September 1941

Sep

8

1941

The siege of Leningrad begins

The heavy armour of the Russian KV1 tank was more than a match for any German tank at the time.

As I watched with fascination, the crews manning the 88s quickly scored a hit on the lead tank. Unable to maneuver or to elevate their barrels high enough to hit targets on top of the cliff, the remaining Russian armor was in a helpless and hopeless position. Over the next 20 minutes, the deadly 88s proceeded to pick off one after another of the KV’s and T-35’s trapped on the street below.

Sep

6

1941

Red Army assault on the German lines

A German soldier keeps watch from his trench with a Panzerbüchse - an anti tank rifle - at the ready.

Our observation post is quickly altered into a defensive position. The camouflage tarp is removed and a step is dug into the wall in order to bring the machine gun into place. Hand grenades are lined up, ready to be used. The bayonet is attached to the rifle to prepare for one- on-one battle. The Reds have managed to break through to the right of our position. Quite a few are torn apart by the mines, but the Red devils don’t mind a few hundred casualties.

Sep

4

1941

United States destroyer attacks U Boat

Reports that the US Destroyer US Greer had been attacked by a German U Boat caused alarm in the United States.

The Greer proceeded then to trail the submarine and broadcasted the submarine’s position. This action, taken by the Greer, was in accordance with her orders, that is, to give out information but not to attack.” The British plane continued in the vicinity of the submarine until 1032, but prior to her departure the plane dropped four depth charges in the vicinity of the submarine.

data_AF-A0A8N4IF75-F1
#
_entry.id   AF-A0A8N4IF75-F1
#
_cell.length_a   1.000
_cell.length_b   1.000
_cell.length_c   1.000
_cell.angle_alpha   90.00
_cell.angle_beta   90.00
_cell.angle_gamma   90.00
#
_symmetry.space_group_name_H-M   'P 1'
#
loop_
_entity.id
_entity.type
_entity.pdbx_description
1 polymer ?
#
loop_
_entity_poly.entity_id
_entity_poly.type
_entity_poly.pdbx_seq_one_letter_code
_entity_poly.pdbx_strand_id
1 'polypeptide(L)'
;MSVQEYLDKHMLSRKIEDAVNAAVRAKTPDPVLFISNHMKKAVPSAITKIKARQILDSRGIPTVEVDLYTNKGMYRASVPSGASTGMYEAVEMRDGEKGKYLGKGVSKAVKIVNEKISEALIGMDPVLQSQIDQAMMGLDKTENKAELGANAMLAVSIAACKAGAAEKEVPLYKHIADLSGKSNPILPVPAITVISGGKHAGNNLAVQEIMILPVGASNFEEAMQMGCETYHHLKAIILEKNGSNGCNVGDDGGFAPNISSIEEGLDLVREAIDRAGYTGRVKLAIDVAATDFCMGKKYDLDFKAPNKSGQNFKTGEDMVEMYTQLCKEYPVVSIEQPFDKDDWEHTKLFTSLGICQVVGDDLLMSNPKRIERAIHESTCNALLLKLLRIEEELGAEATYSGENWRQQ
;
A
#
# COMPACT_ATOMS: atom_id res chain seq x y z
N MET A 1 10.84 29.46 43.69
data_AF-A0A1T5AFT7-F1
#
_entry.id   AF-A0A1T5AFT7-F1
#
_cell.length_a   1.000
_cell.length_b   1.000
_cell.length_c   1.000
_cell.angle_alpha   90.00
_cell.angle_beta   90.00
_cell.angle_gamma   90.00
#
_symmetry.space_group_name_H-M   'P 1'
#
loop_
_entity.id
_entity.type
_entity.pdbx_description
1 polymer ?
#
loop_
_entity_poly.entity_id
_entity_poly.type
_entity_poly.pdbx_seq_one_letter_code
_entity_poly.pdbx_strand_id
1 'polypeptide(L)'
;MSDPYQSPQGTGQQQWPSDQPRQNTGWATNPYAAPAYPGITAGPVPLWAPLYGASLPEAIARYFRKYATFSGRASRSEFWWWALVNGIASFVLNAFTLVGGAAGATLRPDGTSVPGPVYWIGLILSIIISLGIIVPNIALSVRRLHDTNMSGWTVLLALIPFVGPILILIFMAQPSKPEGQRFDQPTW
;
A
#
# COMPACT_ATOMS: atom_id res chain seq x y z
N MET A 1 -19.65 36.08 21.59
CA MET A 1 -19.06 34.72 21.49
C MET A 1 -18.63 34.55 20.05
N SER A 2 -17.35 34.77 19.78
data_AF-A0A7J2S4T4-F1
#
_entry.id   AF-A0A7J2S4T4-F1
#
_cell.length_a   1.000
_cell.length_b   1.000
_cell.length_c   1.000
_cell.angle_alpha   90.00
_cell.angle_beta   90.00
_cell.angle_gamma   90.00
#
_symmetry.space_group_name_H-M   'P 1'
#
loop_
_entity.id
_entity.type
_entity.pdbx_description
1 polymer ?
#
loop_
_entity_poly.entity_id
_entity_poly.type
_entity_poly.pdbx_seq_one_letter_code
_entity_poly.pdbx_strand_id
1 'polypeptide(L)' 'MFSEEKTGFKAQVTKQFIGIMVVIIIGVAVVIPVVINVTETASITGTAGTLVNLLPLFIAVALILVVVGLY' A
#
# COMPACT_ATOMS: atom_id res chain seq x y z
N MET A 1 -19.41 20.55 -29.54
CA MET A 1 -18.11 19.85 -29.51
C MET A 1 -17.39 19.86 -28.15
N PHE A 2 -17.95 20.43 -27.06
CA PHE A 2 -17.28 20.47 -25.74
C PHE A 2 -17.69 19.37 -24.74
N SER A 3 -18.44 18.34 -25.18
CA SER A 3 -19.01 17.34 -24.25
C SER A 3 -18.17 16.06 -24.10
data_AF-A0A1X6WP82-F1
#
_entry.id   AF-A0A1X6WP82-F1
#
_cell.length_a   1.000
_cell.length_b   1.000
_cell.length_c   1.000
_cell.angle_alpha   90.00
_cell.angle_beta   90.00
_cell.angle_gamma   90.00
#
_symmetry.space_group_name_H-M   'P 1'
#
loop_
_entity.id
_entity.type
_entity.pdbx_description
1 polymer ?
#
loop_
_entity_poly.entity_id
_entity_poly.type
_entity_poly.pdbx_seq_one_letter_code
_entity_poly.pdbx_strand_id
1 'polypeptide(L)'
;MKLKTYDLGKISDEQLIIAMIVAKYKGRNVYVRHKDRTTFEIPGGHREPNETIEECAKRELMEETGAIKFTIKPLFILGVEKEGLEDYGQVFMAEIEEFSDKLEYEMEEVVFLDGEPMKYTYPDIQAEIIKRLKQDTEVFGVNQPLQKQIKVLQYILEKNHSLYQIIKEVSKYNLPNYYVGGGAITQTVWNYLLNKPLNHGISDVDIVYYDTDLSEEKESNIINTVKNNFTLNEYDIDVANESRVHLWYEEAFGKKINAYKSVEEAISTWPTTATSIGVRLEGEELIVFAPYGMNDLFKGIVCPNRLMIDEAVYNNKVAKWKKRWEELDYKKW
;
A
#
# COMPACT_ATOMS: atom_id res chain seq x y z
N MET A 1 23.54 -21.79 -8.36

Sep

3

1941

British Home Defences under inspection

Alan Brooke, centre, en route to yet another exercise in Britain. Senior officers still wore cavalry uniform.

Left Hendon 8.45 am, flew to Duxford where I inspected 70 Welsh Young Soldiers’ Battalion. Dirty but not a bad lot of boys. Then flew on to Debden to see A Coy of 70th KRRC [King’s Royal Rifle Corps], quite good and should make a good battalion. By car to Castle Camp aerodrome to see B Coy 70th KRRC. Back to Debden aerodrome where I lunched with Churchill, the aerodrome commander. Left at 2.15 for Martlesham, to see A and B Coys of 70th Suffolks – a good battalion.

Sep

2

1941

Life in wartime Germany

The Nazi party were still celebrating the purity and superiority of the German race, even if life for the average German was taking turn for the worse.

The plebes are feeling the full fury of a German food industry gone chemical-crazy. Sugar is now made out of fir-wood pulp, sausage out of beech-wood pulp, and the beer is a stinking brew made of whey. Yeast is made out of a chemical, and marmalade is coloured to fool people into thinking it is the real thing. The same for butter, except that the colouring matter here also contains a vile and indigestible substance poisonous to the liver and doubtless responsible for the biliousness so common today.

Sep

1

1941

Fighting off a heavy bombing raid on Tobruk

The bombing of Tobruk harbour on the 1st September 1941, the port was littered with sunken ships.

After that they came in thick and fast, bombs landing continuously all round us. Three guns went out of action but the fourth (Sergeant Edwards) went on battling magnificently, fighting them off as they came in. The L.A.A. gun fought gloriously, fighting back with 120 rounds until a bomb landed within three feet of them wounding all of them and putting their gun out of action. All were taken off in an ambulance. One lad was killed and six wounded.